August 1, 2016 (Vol. 36, No. 14)

Immune Cell-Mediated Killing Kinetics and Efficacy Analysis in Real-Time without the Use of Labels

The high specificity and potent cytotoxicity of innate and adaptive immune system effector cells make them promising agents for extirpating cancer cells or, at the very least, controlling disease progression. Though the list of cell- and antibody-mediated cancer immunotherapies is growing, many of these are efficacious for only a subset of patients. 

Realizing the full therapeutic potential of this field will require: (1) continued elucidation of the mechanisms underlying cancer cell recognition and immune cell-mediated killing, and (2) an ability to screen immunotherapy constructs/conditions (CARTs, checkpoint inhibitors, etc.) using patient-derived effector and/or target cells to identify optimal treatment regimens (i.e. theranostics).

Fundamental to both of the above is the ability to quantitatively monitor the potency of immunotherapy-mediated killing of target cells under controlled conditions in vitro.  Traditional cell killing assays suffer from drawbacks that prevent them from meeting this need efficiently.

Shortcomings of Traditional Assays

Immune cell-mediated killing can be studied by measuring the activation of effector cells or their secretion of cytotoxic molecules (perforin, granzymes, etc.). While these readouts are indeed useful for reductionistic biochemical characterization, they don’t necessarily correlate with target cell killing efficiency, which is the ultimate measure of therapeutic efficacy. Assays focused on the response of target cells primarily monitor the release of either previously added labels (such as 51Cr or fluorescent dyes) or endogenous biomolecules (GAPDH, LDH, etc.) upon target cell lysis.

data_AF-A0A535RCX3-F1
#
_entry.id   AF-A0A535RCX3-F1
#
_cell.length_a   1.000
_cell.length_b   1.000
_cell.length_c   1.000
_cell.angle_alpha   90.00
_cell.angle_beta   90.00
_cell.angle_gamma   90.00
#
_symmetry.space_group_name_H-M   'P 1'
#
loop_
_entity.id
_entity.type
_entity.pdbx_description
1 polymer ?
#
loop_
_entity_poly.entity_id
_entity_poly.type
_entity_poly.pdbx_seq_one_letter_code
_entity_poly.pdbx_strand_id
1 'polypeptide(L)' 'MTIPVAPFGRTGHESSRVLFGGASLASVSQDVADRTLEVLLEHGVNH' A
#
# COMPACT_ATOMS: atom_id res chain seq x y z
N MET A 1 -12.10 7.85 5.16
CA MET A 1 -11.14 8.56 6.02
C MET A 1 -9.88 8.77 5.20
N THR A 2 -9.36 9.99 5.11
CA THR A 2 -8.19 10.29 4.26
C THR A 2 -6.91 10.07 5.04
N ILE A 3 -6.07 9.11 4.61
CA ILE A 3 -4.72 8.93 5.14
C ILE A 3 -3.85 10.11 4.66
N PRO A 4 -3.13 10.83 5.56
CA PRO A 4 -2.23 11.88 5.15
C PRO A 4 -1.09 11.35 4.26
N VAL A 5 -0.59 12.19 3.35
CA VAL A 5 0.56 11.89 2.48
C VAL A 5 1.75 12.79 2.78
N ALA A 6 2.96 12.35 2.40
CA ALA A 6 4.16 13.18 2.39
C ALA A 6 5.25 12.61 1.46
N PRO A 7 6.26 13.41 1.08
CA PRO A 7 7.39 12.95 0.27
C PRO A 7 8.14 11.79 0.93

Besides the potential artifacts associated with using exogenous labels, the time frame over which such labels are useful is extremely narrow (due to the perpetual leakage of label out of target cells). Moreover, release assays as a whole suffer from low sensitivity, low efficiency/throughput, and the fact that only endpoint data (mere snapshots in a cell response continuum) is produced.

Figure 1. Monitoring immune cell-mediated killing of adherent cancer cells in real-time using xCELLigence.

xCELLigence Real-Time Cell Analysis (RTCA)

ACEA’sxCELLigence® Real-Time Cell Analysis (RTCA) instruments utilize gold microelectrodes embedded in the bottom of microtiter wells to noninvasively monitor the status of adherent cells using the principle of cellular impedance. In short, adherent cells act as insulators, impeding the flow of an alternating microampere electric current between electrodes. This impedance signal is measured automatically, at a frequency defined by the user (every 10 seconds, once per hour, etc.), and provides an extremely sensitive readout of cell number, cell size/shape, and cell-substrate attachment strength. 

In contrast to adherent cancer cell targets, immune effector cells are nonadherent and therefore do not produce an impedance signal in and of themselves. Because of this, when adherent cancer cells are treated with effectors (NK cells, T cells, CARTs, oncolytic virus, checkpoint inhibitors, bispecific antibodies, BiTEs, etc.) it is possible to selectively monitor the kinetics of cancer cell destruction in real-time. Besides facile quantification of serial killing and anergy, other distinguishing features of this technology include enhanced sensitivity, the preclusion of labels, simple workflow, compatibility with orthogonal assays, and continuous kinetic measurement of cancer cell health/behavior.  The xCELLigence immunotherapy workflow is outlined in Figure 1.

Quantifying the Potency of Immunotherapies Targeting Solid Tumors

Using the assay format shown in Figure 1, target MCF7 breast cancer cells were treated with NK-92 cells at different E:T ratios (Figure 2A). Within 5 hours of effector cell addition differential responses begin to be observable in the impedance traces. The untreated breast cancer cells continue to proliferate and approach confluence (with the impedance signal beginning to plateau).